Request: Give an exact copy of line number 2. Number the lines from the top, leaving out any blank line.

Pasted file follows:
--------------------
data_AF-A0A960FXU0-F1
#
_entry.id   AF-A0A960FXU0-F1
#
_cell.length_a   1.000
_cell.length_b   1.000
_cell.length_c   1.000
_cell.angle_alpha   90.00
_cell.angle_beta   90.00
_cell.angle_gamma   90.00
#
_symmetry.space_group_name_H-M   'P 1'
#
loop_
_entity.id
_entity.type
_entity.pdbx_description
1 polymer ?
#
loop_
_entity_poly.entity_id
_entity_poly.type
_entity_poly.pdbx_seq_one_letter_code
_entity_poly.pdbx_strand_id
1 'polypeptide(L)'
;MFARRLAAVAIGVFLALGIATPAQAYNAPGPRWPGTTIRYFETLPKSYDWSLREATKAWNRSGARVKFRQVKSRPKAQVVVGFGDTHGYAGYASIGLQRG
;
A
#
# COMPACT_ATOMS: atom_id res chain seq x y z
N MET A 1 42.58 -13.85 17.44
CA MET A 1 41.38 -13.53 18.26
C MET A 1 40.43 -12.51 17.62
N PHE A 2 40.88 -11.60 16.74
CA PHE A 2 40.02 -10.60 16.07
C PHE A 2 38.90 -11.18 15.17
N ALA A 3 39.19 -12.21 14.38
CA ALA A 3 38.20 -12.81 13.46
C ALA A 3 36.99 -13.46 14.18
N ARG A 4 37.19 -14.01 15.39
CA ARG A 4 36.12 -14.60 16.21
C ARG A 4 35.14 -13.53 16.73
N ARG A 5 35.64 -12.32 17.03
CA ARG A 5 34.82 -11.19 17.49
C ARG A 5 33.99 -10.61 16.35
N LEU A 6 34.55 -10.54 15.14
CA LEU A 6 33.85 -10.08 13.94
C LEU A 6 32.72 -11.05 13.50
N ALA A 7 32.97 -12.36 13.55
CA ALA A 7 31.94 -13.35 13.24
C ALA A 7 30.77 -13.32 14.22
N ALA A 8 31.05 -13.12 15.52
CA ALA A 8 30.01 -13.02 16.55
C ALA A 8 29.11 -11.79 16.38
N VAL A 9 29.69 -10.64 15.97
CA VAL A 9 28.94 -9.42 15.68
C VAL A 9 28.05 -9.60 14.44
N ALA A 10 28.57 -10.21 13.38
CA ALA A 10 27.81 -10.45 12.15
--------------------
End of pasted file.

#